Linda McQuaig Thaws Public-Sector Pay

Linda McQuaig puts the heat on Ontario’s public-sector compensation freeze in today’s Toronto Star. Her excellent column begins by noting that the federal government has fended off proposed financial-sector taxes on the grounds that Canadian banks did not cause the global financial crisis. But Canadian public-sector workers, who are even less responsible for the crisis, […]

Lone Parent Success Story Not Because of Tough Love

John Richards tells us “tough love” was the right public policy stance for governments to take in the mid 1990s.  In his report released today by the C.D.Howe Institute, Reducing Lone Parent Poverty: A Canadian Success Story,Richards tells us that the tightening of access to welfare and the imposition of workfare was the kick-in-the-butt that […]

Knox on Labour Mobility Barriers

An hilarious aspect of various inter-provincial “free trade” deals is how proponents struggle to identify the barriers they hope to remove. While there are essentially no “trade barriers” between provinces, concerns about labour mobility have a whiff of substance. This morning, the C. D. Howe Institute released a paper by Robert Knox on “Barriers to […]

C. D. Howe on RRSP Limits

Yesterday, the C. D. Howe Institute released a brief estimating how much Canadians at various income levels would need to save, through pension plans or individually, to provide various levels of retirement income. Since the Canada Pension Plan tops out around the average industrial wage and Old Age Security is clawed back from higher incomes, […]

Transatlantic Echo Chamber

The big news for Canadians from the OECD’s Going for Growth 2010 report was that we should privatize Canada Post. An article in the current issue of Maclean’s (pages 26 and 27), which does not (yet) seem to be available online, sheds some interesting light on that recommendation: [Yvan Guillemette was] working for the C. D. […]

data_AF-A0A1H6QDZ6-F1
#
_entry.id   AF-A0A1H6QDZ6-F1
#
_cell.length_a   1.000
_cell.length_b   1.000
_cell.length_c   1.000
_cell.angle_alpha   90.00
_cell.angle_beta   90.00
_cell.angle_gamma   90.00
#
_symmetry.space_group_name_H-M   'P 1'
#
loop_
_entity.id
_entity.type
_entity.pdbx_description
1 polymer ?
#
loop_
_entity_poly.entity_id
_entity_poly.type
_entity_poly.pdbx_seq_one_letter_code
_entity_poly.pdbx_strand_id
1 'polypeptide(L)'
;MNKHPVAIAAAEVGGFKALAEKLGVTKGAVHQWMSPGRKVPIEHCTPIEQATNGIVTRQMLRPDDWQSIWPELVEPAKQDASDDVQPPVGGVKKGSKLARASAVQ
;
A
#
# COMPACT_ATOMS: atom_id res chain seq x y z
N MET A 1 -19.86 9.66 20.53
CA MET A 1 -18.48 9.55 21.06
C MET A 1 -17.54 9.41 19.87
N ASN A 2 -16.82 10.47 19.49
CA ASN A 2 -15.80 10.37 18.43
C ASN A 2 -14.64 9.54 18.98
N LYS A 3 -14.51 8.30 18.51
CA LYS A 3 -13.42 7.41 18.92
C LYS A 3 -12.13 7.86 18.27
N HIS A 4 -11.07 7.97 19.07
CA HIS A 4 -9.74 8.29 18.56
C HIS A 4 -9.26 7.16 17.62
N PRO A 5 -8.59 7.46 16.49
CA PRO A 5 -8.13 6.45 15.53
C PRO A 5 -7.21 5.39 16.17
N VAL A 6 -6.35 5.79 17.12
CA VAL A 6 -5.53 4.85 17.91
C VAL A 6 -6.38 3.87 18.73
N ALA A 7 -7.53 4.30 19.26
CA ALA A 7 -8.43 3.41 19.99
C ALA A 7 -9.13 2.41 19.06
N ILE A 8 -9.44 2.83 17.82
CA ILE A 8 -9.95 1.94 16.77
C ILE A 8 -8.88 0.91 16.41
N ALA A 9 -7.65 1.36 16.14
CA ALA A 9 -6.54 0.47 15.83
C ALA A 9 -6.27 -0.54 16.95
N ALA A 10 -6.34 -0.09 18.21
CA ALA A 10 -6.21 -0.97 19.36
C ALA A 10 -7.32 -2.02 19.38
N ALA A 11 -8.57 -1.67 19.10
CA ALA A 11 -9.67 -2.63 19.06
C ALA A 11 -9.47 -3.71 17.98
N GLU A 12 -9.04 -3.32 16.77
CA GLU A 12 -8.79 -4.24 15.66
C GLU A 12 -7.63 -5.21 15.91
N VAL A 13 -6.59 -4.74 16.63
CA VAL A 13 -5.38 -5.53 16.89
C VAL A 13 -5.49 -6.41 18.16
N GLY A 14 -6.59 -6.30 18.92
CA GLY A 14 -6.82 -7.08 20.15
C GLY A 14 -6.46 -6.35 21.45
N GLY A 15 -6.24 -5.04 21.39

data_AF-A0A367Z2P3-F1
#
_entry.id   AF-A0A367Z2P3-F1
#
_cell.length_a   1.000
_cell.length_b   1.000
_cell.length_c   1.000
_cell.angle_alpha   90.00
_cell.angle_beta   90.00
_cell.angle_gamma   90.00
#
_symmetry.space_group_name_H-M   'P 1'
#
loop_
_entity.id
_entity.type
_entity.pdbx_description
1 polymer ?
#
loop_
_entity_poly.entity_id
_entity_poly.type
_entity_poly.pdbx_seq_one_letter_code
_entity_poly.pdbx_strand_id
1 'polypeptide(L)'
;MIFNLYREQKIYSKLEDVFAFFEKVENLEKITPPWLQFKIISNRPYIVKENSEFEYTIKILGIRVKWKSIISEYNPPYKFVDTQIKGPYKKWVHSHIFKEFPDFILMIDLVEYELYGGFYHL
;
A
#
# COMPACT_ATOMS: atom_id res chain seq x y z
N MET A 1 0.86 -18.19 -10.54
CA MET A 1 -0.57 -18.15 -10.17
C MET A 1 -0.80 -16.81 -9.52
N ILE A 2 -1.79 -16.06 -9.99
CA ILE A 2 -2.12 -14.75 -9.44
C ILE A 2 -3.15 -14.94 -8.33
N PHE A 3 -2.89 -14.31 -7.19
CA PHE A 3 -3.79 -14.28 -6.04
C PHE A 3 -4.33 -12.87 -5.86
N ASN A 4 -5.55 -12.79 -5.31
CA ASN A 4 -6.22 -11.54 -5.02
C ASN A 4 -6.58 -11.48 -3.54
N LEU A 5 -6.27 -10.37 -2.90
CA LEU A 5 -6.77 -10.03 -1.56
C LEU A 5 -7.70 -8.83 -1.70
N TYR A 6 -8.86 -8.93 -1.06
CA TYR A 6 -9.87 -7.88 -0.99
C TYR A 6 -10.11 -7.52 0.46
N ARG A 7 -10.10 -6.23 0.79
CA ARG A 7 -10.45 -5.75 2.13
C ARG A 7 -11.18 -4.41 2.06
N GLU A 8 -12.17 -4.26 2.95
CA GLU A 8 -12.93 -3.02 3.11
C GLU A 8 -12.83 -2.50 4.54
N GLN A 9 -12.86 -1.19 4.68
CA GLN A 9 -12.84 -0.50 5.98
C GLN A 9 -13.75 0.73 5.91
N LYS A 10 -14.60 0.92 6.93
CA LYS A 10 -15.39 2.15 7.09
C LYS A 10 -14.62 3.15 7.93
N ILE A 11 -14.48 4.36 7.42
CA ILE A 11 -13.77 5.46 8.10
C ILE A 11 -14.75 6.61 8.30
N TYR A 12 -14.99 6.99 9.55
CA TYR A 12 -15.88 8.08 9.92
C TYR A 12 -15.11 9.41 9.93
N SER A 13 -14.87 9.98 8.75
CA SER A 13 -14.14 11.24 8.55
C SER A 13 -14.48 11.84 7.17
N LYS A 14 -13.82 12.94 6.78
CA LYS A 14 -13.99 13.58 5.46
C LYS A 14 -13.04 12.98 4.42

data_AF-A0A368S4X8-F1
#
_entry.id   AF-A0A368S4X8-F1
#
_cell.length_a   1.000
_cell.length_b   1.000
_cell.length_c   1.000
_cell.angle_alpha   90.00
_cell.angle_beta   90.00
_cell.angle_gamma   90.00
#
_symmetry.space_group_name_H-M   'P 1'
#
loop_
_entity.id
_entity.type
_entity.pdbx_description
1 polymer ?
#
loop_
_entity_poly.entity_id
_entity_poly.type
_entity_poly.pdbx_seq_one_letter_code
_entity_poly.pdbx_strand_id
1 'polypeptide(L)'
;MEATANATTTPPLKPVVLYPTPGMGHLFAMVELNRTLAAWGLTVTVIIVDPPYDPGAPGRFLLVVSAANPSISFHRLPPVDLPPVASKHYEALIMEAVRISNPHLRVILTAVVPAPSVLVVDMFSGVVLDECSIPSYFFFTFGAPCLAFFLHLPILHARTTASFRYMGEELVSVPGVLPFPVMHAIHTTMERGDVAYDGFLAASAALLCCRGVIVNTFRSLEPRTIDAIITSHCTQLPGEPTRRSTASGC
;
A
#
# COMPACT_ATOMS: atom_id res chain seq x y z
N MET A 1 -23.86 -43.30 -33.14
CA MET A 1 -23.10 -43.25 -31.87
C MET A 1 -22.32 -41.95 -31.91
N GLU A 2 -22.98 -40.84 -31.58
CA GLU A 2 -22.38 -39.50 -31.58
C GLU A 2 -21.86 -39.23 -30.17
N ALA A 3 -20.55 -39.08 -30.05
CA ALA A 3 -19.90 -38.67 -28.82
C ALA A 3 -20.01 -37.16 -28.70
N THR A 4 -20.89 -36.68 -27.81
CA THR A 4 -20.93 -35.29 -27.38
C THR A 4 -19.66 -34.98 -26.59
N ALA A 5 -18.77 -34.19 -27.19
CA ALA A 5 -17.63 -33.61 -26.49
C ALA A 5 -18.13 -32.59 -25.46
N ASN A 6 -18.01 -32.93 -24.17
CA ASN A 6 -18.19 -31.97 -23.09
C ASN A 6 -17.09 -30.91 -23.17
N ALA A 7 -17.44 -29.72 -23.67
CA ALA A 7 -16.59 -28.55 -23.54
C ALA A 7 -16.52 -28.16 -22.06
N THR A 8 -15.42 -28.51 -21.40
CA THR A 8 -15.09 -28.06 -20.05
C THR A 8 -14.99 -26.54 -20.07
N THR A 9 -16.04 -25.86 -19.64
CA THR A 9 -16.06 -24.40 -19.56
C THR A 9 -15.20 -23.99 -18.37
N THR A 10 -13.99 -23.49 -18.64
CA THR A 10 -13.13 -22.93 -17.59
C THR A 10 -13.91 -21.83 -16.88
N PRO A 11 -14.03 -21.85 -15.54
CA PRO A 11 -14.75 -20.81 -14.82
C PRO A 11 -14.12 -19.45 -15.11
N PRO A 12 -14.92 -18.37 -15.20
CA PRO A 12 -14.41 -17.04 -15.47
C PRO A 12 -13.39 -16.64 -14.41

2010 Alternative Federal Budget

Last Saturday, The Financial Post completed its Chopping Block, a series profiling federal programs that could be eliminated to balance the budget. A couple of weeks ago, the C. D. Howe Institute unveiled its Shadow Federal Budget, which advocated essentially the same approach. (Terry Corcoran deserves some credit for trying to identify quite specific cuts, as […]

R-E-S-P-E-C-T

I guess I must be a Rodney Dangerfield economist.  Because I just don’t get no respect — at least not in some quarters. It all started with an interesting CBC on-line column from the erstwhile Don Newman: http://www.cbc.ca/canada/story/2010/01/07/f-vp-newman.html He was taking Stephen Harper to task for proroguing Parliament.  Among other aguments, he noted that Canada’s […]

Tax Competitiveness 2009: Flogging a Dead Horse

Should we care that the marginal effective tax rate on capital is higher in Prince Edward Island than in Serbia? Of course, this question is a joke. But the C. D. Howe Institute actually did put out a press release (PDF) last week singling out PEI for its allegedly high business taxes compared to an […]

Jack Mintz, Research and Pensions

It is a bit stunning to discover that Jack Mintz – former head of the CD Howe Institute and now at the University of Calgary – has been appointed research director of the federal – provincial review of pensions. http://www.vancouversun.com/business/fp/Jack+Mintz+research+director+pension+reform+task+force/1794203/story.html Even Finance Minister Flaherty should be a bit embarassed to appoint as a “researcher” someone […]

EI, Economists and Unemployment

I note from a CP wire story  that Ottawa U economist David Gray is weighing in behind Harper’s argument that lowering eligibility for EI would be a “disaster”, and I suspect strongly he will not be the last to do so.      http://thechronicleherald.ca/Canada/1135526.html The received wisdom among mainstream neo liberal economists is that a “generous” […]